“The major achievement over the last 12 months is that we have found our focus,” says Ceronie. “That has been a major success because we have people in different markets that are focused on different customers, different solutions and really understanding what their customers’ needs are.”

The reshuffle has also allowed 3Com to achieve its 12-month target of saving US$ 1 billion in operating costs, and keeps it on target to return to profitability by the end of the fourth quarter of fiscal 2002.

The shakedown among the networking vendors has also enabled both Avaya and Cisco to readdress their business models and core markets, so Walter Koenig, regional managing director, Middle East, North Africa and South Eastern Europe with Avaya speaks of ‘re-energising,’ after the Lucent spin off, and Cisco’s Atallah talks of the slowdown as a period for ‘consolidating business.’

For smaller network players, such as Foundry Networks and Extreme Networks, the plight of some of the larger vendors served as a warning to over expansion and diversification.

“We are playing only in three areas, Layer 2 & 3, Layer 4-7 switching and IP routing. That helped us when the bad times happened, we didn’t expand wildly. We were not chasing revenues, we were chasing profits,” comments Farook Majeed, regional director, Foundry Networks.

||**||Local market|~||~||~|At the local level, networking vendors all claim continuing strong demand. The vendors admit that last year was a bad year, but they are also quick to claim that their company escaped the ordeal more lightly than its competitors. Vendors cite an array of reasons for ‘better than average performances’ including geographical diversity, the internal structure of their business, and smaller market focuses.

“Last year wasn’t the best year for the networking vendors on aggregate,” says Ceronie. “We probably did better than many of our competitors because we had actually started turning the company around before that,” he adds.

Extreme Networks cited the ‘geographical spread’ of their business as a key factor in escaping the worst effects of the slowdown.

“More than 50% of Extreme Network’s business is based outside North America, where the downturn has hit hardest,” explains Emad Makiya, general manager, Extreme Networks, Middle East & North Africa.

Although the Middle East has proved to be what Cisco’s Atallah, describes, as “a bright spot” and a “fairly stable environment,” the regional market did not escape unscathed from worldwide events, especially after September 11th. “We did see an aftermath in the region and a slowdown in foreign investment,” adds Atallah.

“People went slow for three months, projects may have got delayed, but we are still very much on track with projects. There hasn’t been any cancellations or any projects not going though,” says Afzal Jeddy, sales manager for data structure cabling company, Nordx/CDT, Middle East & Africa.

Even Lucent Technologies, which laid off 5,000 staff in Europe, Middle East & Africa alone, suggest their operations within the region have not been largely effected, and remain upbeat about the company’s position in the local market. “In the Middle East we have always had three hub countries where we’ve had a big presence — the UAE, Egypt and Saudi Arabia. Today nothing has changed on that front. There has been some downsizing; there have been losses in manpower, but the offices have been maintained,” says Ghafari.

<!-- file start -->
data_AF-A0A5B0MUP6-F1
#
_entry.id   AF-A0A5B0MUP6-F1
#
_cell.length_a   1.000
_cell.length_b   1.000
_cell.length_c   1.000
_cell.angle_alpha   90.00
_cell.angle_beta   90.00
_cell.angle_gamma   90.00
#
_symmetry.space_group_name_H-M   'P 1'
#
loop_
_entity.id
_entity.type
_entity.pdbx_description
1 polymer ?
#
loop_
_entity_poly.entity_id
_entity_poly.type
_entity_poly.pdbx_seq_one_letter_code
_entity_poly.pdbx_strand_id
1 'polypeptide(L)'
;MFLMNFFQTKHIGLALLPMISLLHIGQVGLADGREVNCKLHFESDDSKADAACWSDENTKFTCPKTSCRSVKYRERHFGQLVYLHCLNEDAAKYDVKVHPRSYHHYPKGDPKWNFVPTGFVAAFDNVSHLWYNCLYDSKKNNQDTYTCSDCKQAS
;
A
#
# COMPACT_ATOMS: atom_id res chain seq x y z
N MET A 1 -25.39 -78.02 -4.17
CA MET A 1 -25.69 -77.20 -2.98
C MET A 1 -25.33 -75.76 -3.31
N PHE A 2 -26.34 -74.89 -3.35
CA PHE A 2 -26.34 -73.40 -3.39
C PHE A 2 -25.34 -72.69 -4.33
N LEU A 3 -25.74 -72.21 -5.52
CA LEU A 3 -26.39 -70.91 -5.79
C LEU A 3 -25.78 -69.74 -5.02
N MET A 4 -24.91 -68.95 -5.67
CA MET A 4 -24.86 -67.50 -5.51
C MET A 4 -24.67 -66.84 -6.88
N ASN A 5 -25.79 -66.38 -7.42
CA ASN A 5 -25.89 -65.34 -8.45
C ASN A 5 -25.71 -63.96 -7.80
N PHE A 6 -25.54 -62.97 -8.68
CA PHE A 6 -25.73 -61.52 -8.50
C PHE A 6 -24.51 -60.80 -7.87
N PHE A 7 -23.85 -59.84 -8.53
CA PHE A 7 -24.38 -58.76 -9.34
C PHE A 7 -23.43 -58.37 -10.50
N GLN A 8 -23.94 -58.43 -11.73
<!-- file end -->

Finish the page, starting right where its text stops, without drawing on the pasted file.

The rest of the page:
The local market, however, is continuing to buck global trends as organisations and telcos continue to build IT infrastructure. The Internet is playing a key role in driving the regional networking market, with vertical industries and governments putting in place e-commerce initiatives and online services.

Foundry Networks has acquired 50 reference sites in the 18 months since it moved into the region, and according to Majeed, these “are large enterprises or service providers,” from a variety of different markets including “the universities, oil companies, PTTs, service providers, government ministries, and banks,” he adds.

Avaya’s Koenig says, “telebanking, web-enabled banking, things like this are really starting to come to the fore throughout the Arab world.”

Government initiatives, particularly within the UAE, have also ensured that development and expansion continue apace.

“About 80% of our business in the UAE is government related, 20% is in the private sector… therefore we are not feeling it [economic downturn] perhaps as much as others,” says Makiya.

Development hubs, such as Dubai Internet City (DIC) and Dubai Media City (DMC), are proving to be early technology adopters and leading the development and uptake of the ‘latest and greatest’ networking products and solutions in the region.

According to Cisco’s Atallah, the initial roll out of kit at DIC was “just basic IP telephony kit.” As teething problems have been ironed out, and more tenants have moved into DIC, additional video and information services have begun to be rolled out.

“DIC have already got the right infrastructure in place so all they have to do is turn on the new services, which was a failure of the service providers in the US and Europe. It was coverage rather than thinking about the service,” he adds.